Tourism in Libya set to rise


Travel and tourism, which now amounts to around 12 per cent of the country’s jobs total, is expected to rise to 15 per cent in the next 10 years, according to the World Travel and Tourism Council (WTTC). The country is now generally considered safe, if perhaps a little spartan, to travel around most of the country.

The varied scenery and pristine quality of its antiquities are fascinating; but distances are vast and facilities are quite primitive in some places. Many tour operators advise visitors to carry their own supplies of bottled water and toilet paper, for instance.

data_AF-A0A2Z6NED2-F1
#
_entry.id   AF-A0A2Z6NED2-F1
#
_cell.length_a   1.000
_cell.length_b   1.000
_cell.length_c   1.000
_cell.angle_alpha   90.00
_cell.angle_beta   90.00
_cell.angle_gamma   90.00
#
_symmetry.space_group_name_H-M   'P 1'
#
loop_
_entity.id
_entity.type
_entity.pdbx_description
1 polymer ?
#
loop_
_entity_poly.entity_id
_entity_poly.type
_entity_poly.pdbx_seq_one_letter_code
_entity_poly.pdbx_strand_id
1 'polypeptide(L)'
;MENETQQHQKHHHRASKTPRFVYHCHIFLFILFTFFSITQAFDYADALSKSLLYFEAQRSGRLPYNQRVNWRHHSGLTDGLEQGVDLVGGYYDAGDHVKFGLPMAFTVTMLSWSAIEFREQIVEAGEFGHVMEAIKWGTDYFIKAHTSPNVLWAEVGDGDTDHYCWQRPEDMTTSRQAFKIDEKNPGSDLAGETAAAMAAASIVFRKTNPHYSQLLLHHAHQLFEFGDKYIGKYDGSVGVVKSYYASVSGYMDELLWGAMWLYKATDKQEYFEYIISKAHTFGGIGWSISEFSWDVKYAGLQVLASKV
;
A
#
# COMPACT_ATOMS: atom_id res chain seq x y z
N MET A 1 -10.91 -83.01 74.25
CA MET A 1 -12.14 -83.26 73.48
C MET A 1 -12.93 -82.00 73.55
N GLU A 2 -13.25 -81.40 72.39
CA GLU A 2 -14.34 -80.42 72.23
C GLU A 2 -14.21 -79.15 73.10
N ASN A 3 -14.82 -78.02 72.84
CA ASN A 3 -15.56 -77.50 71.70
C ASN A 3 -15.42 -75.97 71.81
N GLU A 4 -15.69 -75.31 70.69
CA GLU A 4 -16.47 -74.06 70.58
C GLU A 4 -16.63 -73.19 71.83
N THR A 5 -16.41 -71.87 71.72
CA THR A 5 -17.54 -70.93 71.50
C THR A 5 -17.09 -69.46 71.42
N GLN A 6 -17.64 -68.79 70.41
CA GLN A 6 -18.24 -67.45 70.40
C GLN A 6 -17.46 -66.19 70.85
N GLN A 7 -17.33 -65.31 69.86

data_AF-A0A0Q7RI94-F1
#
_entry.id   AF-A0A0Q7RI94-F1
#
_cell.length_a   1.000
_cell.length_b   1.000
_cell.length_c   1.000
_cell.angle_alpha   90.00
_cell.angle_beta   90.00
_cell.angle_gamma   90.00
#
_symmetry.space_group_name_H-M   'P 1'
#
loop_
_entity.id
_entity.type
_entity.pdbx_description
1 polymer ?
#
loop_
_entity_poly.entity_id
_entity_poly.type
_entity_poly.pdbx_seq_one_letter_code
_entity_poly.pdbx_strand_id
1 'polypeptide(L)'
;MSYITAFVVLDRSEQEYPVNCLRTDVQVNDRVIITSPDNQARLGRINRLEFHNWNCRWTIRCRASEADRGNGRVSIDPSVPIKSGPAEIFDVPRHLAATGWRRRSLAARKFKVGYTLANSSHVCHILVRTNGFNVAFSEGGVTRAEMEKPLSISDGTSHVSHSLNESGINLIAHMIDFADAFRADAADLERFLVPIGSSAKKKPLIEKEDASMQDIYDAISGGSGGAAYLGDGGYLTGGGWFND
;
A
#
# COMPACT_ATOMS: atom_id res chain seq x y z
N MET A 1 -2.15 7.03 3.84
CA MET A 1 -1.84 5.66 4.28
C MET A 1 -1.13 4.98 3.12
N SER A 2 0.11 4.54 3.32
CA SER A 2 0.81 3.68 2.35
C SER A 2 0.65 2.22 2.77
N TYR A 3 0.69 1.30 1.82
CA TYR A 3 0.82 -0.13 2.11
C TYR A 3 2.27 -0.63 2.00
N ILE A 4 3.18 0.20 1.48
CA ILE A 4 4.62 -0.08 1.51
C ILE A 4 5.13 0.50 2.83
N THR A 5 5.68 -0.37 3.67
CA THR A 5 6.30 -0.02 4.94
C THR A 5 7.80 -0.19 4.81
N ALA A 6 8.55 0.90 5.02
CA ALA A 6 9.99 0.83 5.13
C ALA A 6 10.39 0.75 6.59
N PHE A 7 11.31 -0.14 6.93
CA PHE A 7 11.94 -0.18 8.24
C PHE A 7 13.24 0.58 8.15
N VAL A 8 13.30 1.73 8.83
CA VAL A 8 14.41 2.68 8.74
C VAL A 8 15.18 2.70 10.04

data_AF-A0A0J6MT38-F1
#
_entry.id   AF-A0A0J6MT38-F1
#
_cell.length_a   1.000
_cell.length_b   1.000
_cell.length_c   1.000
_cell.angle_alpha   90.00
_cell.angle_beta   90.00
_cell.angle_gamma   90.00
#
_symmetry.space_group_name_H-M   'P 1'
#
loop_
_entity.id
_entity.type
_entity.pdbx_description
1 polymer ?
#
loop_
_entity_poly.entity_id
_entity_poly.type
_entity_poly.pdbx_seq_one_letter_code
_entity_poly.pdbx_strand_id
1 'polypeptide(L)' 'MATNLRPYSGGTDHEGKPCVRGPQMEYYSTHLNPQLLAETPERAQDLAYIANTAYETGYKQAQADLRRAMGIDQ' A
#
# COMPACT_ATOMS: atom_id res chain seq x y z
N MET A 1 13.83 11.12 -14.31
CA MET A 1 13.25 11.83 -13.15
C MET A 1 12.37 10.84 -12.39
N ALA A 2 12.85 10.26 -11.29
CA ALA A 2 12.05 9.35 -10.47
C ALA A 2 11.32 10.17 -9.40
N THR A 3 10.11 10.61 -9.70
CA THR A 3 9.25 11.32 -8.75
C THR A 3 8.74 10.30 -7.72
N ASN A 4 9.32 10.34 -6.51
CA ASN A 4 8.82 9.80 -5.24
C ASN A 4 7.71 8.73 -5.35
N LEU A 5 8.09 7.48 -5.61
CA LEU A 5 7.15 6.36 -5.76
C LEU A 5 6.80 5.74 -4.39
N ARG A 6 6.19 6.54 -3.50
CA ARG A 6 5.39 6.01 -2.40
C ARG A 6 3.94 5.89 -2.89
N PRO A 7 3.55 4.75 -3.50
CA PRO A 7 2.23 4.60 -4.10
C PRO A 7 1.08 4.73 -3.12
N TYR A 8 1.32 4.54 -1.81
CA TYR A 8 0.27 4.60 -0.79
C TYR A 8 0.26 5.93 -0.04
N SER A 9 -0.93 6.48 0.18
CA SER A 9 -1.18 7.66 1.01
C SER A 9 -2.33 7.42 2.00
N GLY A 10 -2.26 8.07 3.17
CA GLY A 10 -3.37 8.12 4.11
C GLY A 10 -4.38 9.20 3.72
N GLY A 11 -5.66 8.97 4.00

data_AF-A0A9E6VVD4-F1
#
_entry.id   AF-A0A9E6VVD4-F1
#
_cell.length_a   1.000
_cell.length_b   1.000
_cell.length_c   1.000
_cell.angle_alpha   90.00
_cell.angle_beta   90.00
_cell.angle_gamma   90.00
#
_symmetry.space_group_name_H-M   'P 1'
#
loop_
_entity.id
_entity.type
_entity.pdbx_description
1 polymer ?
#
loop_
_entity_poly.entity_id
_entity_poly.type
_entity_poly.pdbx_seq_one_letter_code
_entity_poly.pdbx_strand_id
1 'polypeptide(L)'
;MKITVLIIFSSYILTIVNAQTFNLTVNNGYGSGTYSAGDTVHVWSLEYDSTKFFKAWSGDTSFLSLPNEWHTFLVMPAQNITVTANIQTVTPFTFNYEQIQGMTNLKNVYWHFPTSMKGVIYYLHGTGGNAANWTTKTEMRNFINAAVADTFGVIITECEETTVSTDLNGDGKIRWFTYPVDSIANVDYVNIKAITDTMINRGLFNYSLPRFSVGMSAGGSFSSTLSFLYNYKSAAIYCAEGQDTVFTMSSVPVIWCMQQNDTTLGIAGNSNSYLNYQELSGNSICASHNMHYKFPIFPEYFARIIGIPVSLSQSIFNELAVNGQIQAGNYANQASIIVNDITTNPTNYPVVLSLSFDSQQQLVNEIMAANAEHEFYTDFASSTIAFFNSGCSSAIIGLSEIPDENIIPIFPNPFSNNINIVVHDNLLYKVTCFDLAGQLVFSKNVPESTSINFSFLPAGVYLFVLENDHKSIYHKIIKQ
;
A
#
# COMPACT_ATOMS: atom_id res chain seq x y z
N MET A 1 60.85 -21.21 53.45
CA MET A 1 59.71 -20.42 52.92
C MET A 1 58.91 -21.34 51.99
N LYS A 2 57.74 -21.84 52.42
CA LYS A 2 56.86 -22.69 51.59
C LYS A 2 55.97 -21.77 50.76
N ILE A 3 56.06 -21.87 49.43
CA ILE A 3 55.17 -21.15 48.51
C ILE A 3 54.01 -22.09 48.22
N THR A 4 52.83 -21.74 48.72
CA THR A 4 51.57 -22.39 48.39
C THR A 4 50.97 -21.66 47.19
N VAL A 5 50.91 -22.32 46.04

Libya has seen invasions by Turks, Vandals, Byzantines, Romans, Arabs and Italians, all of whom have left their mark. Particularly evident are the striking Roman and Greek ruins at Leptis Magna, Cyrene and Sabratha, though Libya remains quintessentially Arabic - evident in the Medina (old city) of the capital Tripoli, the nomadic lifestyle of desert dwelling Bedouin and Berber tribes, and the language, culture and customs of its people.